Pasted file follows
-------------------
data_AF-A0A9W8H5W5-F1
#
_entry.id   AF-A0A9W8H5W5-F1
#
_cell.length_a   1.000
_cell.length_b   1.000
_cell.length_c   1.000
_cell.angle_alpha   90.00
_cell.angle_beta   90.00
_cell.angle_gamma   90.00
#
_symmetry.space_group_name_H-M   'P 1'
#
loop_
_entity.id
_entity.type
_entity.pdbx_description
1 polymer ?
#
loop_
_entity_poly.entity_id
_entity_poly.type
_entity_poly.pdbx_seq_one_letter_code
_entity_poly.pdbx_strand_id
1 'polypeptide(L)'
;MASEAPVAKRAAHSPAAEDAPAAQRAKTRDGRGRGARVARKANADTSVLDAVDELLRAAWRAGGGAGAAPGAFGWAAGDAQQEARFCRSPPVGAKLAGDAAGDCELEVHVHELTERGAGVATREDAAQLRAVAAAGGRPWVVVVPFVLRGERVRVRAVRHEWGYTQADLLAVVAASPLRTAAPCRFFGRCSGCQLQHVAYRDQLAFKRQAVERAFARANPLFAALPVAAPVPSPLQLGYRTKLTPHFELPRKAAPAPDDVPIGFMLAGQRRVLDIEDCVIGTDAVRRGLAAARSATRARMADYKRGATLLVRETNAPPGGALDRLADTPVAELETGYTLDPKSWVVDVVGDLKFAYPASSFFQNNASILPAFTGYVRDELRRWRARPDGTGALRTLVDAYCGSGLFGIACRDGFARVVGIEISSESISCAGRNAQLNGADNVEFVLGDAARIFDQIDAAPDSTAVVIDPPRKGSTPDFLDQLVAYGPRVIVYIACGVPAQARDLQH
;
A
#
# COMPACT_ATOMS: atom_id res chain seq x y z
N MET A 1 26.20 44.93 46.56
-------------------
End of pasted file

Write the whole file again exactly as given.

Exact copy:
data_AF-A0A9W8H5W5-F1
#
_entry.id   AF-A0A9W8H5W5-F1
#
_cell.length_a   1.000
_cell.length_b   1.000
_cell.length_c   1.000
_cell.angle_alpha   90.00
_cell.angle_beta   90.00
_cell.angle_gamma   90.00
#
_symmetry.space_group_name_H-M   'P 1'
#
loop_
_entity.id
_entity.type
_entity.pdbx_description
1 polymer ?
#
loop_
_entity_poly.entity_id
_entity_poly.type
_entity_poly.pdbx_seq_one_letter_code
_entity_poly.pdbx_strand_id
1 'polypeptide(L)'
;MASEAPVAKRAAHSPAAEDAPAAQRAKTRDGRGRGARVARKANADTSVLDAVDELLRAAWRAGGGAGAAPGAFGWAAGDAQQEARFCRSPPVGAKLAGDAAGDCELEVHVHELTERGAGVATREDAAQLRAVAAAGGRPWVVVVPFVLRGERVRVRAVRHEWGYTQADLLAVVAASPLRTAAPCRFFGRCSGCQLQHVAYRDQLAFKRQAVERAFARANPLFAALPVAAPVPSPLQLGYRTKLTPHFELPRKAAPAPDDVPIGFMLAGQRRVLDIEDCVIGTDAVRRGLAAARSATRARMADYKRGATLLVRETNAPPGGALDRLADTPVAELETGYTLDPKSWVVDVVGDLKFAYPASSFFQNNASILPAFTGYVRDELRRWRARPDGTGALRTLVDAYCGSGLFGIACRDGFARVVGIEISSESISCAGRNAQLNGADNVEFVLGDAARIFDQIDAAPDSTAVVIDPPRKGSTPDFLDQLVAYGPRVIVYIACGVPAQARDLQH
;
A
#
# COMPACT_ATOMS: atom_id res chain seq x y z
N MET A 1 26.20 44.93 46.56